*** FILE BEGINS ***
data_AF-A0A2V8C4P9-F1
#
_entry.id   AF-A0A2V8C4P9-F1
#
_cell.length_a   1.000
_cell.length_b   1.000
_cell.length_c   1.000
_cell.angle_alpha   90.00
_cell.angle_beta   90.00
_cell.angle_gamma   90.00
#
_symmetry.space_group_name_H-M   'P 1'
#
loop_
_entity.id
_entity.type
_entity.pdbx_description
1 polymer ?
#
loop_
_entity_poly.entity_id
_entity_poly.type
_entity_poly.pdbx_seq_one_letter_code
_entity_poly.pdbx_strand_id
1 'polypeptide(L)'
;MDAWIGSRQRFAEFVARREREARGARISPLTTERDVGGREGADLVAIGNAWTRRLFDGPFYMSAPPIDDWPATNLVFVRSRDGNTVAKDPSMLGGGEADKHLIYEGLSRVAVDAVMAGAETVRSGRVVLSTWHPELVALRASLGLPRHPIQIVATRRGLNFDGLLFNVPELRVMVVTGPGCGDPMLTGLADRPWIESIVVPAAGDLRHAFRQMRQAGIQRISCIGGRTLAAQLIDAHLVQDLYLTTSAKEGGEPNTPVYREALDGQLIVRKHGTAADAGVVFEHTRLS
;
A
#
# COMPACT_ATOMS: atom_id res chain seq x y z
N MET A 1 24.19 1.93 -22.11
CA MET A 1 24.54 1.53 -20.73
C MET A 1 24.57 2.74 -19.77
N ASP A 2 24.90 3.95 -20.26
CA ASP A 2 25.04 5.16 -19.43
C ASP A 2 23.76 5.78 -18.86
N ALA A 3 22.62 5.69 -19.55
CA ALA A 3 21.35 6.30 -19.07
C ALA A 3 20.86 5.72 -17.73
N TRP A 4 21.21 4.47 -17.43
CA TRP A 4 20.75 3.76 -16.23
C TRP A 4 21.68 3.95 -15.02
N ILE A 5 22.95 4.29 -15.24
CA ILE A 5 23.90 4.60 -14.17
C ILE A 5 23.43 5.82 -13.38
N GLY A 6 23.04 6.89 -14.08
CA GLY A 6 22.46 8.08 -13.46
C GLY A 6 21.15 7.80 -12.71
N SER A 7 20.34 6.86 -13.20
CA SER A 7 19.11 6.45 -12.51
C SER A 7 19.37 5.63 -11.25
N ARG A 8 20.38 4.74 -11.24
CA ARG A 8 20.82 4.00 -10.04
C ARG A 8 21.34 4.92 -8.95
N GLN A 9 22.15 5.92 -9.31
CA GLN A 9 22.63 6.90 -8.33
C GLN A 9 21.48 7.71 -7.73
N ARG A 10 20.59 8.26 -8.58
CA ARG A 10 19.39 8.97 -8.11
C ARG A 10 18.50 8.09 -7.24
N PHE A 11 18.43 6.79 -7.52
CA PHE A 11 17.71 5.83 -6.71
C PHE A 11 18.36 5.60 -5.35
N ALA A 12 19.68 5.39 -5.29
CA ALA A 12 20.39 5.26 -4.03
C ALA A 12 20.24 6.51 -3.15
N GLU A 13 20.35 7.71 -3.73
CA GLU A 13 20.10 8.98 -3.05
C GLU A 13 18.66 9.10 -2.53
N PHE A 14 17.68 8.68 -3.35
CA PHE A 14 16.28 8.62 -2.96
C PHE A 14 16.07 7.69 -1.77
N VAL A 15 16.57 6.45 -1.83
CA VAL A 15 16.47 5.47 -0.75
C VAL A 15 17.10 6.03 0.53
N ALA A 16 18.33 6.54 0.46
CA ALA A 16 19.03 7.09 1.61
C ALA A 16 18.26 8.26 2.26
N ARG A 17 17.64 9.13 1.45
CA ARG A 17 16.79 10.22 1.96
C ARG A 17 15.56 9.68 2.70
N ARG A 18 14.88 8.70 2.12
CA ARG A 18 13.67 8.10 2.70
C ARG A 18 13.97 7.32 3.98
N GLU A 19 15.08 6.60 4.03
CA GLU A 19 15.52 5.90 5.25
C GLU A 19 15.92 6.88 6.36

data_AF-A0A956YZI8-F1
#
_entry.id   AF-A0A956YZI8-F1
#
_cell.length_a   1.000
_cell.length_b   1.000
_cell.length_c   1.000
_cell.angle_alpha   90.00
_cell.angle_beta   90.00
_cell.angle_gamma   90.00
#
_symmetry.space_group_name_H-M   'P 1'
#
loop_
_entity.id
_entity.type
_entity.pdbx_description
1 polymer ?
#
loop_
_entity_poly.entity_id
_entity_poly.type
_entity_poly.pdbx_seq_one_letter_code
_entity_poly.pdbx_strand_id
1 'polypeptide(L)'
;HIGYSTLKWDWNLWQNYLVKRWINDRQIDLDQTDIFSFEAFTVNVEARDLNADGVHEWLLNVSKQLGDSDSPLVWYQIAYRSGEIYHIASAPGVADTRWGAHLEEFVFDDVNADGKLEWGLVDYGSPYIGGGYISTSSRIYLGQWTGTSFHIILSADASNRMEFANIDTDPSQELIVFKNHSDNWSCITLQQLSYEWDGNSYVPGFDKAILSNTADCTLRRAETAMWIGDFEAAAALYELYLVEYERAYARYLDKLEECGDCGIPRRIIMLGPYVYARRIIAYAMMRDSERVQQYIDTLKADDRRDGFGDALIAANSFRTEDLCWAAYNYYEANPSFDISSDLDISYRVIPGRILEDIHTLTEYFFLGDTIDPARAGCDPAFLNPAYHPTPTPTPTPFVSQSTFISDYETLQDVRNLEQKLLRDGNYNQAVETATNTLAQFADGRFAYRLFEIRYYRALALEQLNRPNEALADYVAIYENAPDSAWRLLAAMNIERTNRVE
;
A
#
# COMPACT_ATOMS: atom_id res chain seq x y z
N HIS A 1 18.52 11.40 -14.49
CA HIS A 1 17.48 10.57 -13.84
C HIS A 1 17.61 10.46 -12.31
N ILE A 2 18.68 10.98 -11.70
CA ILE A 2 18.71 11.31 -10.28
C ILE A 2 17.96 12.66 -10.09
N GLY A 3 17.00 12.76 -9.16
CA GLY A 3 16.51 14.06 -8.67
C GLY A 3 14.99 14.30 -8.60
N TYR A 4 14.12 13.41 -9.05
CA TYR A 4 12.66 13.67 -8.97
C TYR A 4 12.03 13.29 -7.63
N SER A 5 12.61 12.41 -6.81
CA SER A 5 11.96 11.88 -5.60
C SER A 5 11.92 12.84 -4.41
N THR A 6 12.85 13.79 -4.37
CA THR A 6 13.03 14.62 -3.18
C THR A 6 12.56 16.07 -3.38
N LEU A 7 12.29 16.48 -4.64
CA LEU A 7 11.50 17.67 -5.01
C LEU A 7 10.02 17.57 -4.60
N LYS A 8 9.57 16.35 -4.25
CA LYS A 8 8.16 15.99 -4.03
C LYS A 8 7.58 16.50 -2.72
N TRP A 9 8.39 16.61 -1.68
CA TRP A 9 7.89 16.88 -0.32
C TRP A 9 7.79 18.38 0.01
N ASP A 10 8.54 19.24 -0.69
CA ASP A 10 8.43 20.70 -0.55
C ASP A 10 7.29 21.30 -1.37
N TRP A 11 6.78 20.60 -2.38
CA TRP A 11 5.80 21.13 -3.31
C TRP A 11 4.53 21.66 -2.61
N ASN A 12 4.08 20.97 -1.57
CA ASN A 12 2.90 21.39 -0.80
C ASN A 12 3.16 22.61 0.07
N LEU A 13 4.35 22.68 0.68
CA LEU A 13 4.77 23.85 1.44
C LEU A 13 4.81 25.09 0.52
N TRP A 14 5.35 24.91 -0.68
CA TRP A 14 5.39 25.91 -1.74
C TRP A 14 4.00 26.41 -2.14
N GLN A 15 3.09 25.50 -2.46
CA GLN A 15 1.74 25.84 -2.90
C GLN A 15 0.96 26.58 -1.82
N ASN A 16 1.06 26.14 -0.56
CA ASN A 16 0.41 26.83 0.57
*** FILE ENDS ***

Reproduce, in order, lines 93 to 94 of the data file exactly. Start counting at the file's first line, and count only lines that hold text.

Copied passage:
_cell.length_b   1.000
_cell.length_c   1.000